Topic description / abstract:
My research focuses on understanding ‘major evolutionary transitions’, events in the history of life that have resulted in large increases in biological complexity. Classic examples include the evolution of the eukaryotic cell, multicellular organisms and superorganismal societies. Despite seeming very different, all major evolutionary transitions are united by similar underlying evolutionary forces favouring high levels of cooperation between genes, cells or organisms leading to the evolution of new ‘higher level’ individuals. I use a combination of experimental and comparative techniques to ask questions about how and why major evolutionary transitions occur. In my current position, I am investigating the role of division of labour in the evolution of multicellular complexity using baker's yeast as a model system.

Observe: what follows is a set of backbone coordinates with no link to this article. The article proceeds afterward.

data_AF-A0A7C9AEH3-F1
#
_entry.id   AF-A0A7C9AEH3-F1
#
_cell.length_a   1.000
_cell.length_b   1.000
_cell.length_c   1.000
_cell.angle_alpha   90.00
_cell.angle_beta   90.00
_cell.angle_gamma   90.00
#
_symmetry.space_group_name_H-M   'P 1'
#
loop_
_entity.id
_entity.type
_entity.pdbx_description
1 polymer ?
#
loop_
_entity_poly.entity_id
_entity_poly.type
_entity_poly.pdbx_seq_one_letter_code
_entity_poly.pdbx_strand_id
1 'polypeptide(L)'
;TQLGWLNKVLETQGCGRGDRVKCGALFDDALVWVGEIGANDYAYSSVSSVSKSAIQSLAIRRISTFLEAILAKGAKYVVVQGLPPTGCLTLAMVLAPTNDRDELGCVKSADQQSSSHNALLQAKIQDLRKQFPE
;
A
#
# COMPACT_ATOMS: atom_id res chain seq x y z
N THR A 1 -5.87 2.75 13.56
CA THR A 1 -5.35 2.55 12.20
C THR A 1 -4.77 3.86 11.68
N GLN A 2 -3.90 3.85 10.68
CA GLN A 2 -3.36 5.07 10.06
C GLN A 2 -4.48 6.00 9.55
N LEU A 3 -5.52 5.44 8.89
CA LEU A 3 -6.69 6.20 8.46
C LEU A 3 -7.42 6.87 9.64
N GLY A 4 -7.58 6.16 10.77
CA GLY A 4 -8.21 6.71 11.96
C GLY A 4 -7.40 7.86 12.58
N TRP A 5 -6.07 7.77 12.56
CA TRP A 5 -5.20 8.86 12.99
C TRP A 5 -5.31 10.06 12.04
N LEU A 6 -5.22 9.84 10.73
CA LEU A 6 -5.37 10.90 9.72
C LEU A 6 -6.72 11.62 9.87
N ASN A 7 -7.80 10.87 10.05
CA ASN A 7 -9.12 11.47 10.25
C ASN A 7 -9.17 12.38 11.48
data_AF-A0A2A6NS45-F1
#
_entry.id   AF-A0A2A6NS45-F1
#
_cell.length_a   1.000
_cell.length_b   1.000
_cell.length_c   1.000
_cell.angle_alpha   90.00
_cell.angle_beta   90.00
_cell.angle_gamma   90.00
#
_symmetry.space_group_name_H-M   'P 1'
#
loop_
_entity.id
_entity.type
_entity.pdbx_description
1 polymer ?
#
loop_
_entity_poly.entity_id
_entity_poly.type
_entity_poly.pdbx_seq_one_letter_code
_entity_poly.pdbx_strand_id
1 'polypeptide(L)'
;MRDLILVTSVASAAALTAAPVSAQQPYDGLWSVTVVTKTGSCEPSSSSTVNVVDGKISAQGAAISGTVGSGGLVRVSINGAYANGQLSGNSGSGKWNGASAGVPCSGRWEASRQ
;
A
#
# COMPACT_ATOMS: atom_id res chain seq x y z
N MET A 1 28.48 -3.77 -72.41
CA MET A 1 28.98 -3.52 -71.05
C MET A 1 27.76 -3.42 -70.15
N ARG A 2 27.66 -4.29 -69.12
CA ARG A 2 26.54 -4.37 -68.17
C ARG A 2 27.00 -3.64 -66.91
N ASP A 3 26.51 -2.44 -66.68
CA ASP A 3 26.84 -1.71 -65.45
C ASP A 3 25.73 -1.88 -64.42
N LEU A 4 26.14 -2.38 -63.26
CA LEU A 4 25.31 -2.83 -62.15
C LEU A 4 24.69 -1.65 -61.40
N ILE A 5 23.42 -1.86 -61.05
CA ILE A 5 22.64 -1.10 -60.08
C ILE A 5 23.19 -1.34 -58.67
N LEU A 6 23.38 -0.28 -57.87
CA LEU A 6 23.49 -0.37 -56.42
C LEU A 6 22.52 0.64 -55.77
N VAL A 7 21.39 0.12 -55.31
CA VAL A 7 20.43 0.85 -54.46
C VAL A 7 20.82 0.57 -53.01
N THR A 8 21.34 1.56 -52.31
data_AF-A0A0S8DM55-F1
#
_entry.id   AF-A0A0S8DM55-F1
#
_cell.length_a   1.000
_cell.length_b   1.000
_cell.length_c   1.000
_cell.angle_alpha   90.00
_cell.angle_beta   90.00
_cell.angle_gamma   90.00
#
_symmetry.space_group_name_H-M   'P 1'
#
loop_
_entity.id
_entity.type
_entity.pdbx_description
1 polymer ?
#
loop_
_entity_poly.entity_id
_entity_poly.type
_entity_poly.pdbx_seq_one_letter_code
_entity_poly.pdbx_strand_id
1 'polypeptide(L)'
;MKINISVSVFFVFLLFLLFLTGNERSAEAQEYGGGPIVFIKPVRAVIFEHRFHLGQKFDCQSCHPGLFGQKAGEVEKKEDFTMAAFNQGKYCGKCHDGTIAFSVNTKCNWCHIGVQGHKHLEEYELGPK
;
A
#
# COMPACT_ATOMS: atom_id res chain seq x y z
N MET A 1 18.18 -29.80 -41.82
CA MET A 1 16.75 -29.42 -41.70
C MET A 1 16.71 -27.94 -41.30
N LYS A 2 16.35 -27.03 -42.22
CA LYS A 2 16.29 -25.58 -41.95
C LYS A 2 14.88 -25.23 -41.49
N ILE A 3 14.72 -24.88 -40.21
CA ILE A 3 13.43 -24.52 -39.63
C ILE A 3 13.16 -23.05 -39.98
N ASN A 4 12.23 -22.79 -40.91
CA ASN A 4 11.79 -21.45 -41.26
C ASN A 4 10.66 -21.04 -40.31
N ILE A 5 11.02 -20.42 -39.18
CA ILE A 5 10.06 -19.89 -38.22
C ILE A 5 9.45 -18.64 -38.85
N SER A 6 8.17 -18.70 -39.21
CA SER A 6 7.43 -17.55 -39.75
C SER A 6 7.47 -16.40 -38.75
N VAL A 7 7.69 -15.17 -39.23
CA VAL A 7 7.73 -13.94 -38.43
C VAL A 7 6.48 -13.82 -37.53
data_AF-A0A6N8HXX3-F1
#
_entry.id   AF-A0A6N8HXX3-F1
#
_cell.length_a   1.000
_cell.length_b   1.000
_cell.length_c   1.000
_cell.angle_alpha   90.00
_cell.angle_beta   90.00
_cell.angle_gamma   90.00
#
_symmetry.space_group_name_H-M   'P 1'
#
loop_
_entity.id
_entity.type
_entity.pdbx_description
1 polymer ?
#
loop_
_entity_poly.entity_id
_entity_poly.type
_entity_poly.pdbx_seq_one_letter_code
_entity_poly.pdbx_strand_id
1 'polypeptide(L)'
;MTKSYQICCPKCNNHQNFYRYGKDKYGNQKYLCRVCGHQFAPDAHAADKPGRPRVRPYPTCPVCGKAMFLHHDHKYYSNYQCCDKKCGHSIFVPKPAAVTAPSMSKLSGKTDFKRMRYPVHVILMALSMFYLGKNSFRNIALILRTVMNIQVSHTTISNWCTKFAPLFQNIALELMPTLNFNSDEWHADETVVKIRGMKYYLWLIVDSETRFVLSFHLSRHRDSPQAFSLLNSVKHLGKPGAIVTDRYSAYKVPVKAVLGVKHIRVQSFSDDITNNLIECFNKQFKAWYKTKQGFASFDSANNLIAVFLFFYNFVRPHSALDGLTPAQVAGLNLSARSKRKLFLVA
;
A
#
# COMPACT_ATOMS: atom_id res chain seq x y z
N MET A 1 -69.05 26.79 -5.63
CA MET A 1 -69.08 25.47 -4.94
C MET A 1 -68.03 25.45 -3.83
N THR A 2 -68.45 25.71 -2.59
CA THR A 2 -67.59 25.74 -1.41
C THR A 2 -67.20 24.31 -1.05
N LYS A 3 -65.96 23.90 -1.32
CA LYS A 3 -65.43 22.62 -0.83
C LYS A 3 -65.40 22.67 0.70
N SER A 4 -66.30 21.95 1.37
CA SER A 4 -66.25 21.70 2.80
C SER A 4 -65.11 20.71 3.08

I was awarded my BA in Biological Sciences from Oxford University in 2010, where I then continued onto my DPhil between 2012-2015 under the supervision of Prof. Stu West. My DPhil focused on understanding the factors favouring major evolutionary transitions, and particularly multicellularity, using a combination of experimental and comparative methods. After my DPhil, I moved to Amsterdam to work with Prof. Toby Kiers at Vrije Universiteit, where I worked on the evolution of symbiosis. In 2017, I was awarded a Distinguished Post-doctoral Fellowship from the Carlsberg Foundation, to work with Prof. Koos Boomsma at the University of Copenhagen. In my current position in Copenhagen, I am using baker's yeast as a model system to understand multicellular evolution and continuing using comparative methods to investigate major evolutionary transitions more broadly.